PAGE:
*Sara Robinson, Gates Elementary, $1,000, “Every Student, Every Day, A Reader!” The purpose of this grant is to provide teachers with the materials they need to design meaningful phonics lessons. The materials will guide instruction that directly aligns to the LETRS (Language Essentials for Teachers of Reading and Spelling) professional development. This grant will benefit 215 students in grades K-5.

*Jason Zelasney, Shane Campbell, and John Faxon, Jefferson Elementary, $1,000, “Jefferson Gentleman.” The Jefferson Gentlemen will be a program focused on teaching our young boys how to be our next generation gentlemen. This program will teach our boys skills to help them feel good about themselves in every setting and have the confidence to lead by example. Our goal is to lift students up and help prepare them for the road ahead.  During our group time, we plan to focus on learning proper etiquette in different settings, how to dress to impress and tie a tie, how to give a proper handshake and demonstrate respect to others, and learn other characteristics of being a gentleman. This grant will benefit 50 students in grades K-5.

*Chandra Kosmicki, Jefferson Elementary, $1,870, “Stop-Motion Claymation Movie Makin’.” Remember the Gumby or the California Raisins? In this project, students will grow their skills as a 21st century learner and become engaged in stop-motion animation by creating, editing, and sharing their very own Claymation movie. This grant will benefit 400 students in grades K-5.

*Trevor Cornelius and Nancy Sutherland, Knickrehm Elementary, $900, “It Only Takes a Spark.” It can be difficult for students to transition from reading picture books to chapter books; for some students, due to fear and lack of confidence, it seems almost impossible. These obstacles can be overcome by creating an afterschool program using literacy circles, where like-ability students can gather to explore and discuss the hidden treasures found within the written word.  This grant will be used to purchase sets of books from seven different genres, in four different reading levels, in order to meet our students where they are at and encourage them to grow. This grant will benefit 40 students in grades K-5.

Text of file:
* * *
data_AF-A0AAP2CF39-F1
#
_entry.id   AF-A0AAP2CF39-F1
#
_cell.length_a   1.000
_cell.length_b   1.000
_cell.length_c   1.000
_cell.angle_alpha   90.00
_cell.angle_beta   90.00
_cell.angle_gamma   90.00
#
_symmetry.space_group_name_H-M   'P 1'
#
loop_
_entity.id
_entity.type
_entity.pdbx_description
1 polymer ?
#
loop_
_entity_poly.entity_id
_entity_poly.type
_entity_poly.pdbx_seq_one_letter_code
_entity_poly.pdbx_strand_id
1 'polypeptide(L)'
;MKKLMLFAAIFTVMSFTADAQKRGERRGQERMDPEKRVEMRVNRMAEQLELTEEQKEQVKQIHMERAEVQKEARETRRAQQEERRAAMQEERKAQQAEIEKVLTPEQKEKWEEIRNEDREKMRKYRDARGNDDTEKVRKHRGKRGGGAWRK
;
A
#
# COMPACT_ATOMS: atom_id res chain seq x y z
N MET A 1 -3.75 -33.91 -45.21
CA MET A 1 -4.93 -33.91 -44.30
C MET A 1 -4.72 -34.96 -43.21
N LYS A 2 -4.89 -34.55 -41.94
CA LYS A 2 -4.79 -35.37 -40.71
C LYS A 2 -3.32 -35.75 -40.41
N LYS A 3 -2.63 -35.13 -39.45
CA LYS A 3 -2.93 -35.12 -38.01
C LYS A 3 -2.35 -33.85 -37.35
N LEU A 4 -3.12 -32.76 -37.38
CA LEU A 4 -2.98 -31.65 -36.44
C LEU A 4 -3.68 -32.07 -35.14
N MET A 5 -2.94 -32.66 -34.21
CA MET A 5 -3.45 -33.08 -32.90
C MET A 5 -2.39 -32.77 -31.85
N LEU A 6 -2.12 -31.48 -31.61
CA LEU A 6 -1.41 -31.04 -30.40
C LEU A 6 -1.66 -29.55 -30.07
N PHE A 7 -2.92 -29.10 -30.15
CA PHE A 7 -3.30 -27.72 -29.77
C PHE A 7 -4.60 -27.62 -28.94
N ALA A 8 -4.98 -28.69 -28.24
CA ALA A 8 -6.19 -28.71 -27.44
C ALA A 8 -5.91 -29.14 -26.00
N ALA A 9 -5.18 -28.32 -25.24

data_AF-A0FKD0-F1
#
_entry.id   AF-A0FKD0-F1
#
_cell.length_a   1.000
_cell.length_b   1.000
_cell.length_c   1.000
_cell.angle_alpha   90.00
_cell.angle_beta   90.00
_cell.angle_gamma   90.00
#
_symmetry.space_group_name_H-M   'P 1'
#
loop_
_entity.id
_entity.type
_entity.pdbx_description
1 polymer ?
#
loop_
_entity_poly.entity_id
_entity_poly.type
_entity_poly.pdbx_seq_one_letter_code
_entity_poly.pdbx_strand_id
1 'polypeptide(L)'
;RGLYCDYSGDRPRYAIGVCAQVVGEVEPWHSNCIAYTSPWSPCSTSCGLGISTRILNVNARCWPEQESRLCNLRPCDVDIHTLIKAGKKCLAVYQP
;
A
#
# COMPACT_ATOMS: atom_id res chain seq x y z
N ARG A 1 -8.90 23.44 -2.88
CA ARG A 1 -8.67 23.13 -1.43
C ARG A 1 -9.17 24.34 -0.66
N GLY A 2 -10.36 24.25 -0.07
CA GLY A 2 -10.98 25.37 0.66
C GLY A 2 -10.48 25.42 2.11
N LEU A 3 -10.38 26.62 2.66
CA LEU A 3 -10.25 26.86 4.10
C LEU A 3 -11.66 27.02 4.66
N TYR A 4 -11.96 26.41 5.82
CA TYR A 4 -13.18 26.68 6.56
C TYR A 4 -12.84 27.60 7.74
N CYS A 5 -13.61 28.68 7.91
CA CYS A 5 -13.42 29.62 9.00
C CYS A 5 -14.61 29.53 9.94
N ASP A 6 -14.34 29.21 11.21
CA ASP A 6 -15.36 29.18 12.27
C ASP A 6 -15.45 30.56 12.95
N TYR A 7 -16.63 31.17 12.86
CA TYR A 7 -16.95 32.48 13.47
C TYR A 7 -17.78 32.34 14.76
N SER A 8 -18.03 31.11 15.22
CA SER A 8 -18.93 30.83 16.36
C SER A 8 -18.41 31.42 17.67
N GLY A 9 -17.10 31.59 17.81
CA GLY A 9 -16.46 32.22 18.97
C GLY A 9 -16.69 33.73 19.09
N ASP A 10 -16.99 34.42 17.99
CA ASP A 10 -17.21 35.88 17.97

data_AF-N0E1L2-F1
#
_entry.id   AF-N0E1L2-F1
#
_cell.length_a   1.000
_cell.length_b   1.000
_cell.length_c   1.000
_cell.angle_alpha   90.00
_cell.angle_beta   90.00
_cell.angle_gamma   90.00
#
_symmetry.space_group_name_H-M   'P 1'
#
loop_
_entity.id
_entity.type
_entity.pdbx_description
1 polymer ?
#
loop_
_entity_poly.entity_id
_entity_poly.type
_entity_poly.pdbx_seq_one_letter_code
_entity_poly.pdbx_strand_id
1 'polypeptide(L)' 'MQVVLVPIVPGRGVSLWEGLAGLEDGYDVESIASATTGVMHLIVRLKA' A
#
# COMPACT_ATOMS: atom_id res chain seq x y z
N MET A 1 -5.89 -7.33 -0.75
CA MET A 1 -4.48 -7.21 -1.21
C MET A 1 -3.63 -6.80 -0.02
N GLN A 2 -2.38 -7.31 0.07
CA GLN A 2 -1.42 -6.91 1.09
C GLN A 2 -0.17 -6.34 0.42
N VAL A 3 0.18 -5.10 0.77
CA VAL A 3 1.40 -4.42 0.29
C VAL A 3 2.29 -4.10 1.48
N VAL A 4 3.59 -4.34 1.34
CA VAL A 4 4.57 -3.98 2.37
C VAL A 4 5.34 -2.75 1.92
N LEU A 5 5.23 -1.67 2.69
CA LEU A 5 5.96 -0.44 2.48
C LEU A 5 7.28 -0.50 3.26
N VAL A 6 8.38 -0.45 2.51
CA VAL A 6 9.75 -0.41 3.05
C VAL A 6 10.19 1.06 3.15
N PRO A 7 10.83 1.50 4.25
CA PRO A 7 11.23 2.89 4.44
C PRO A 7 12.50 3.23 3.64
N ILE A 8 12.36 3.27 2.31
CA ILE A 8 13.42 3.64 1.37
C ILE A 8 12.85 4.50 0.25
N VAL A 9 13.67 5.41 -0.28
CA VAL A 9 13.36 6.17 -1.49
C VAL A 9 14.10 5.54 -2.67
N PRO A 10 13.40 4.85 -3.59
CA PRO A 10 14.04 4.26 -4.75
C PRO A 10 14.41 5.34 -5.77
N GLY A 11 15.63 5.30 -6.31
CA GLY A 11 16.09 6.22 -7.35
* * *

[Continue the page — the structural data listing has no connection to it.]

*Janet Dobbins and Rebecca Waind, Stolley Park Elementary, $1,300, “Purposeful Play in a Kindergarten Classroom.” We are creating an environment in the kindergarten classroom whereas 'play' becomes purposeful in providing extensive opportunities for children to represent and extend their thinking through multiple modalities including, but not limited to drawing, writing, painting, movement, drama, construction, dance, technology, and discovery.  Purposeful play centers will integrate standards, targets, and success criteria to naturally support learning. 'Play' will provide areas in the classroom that are ever-changing. This grant will benefit 46 students in Kindergarten.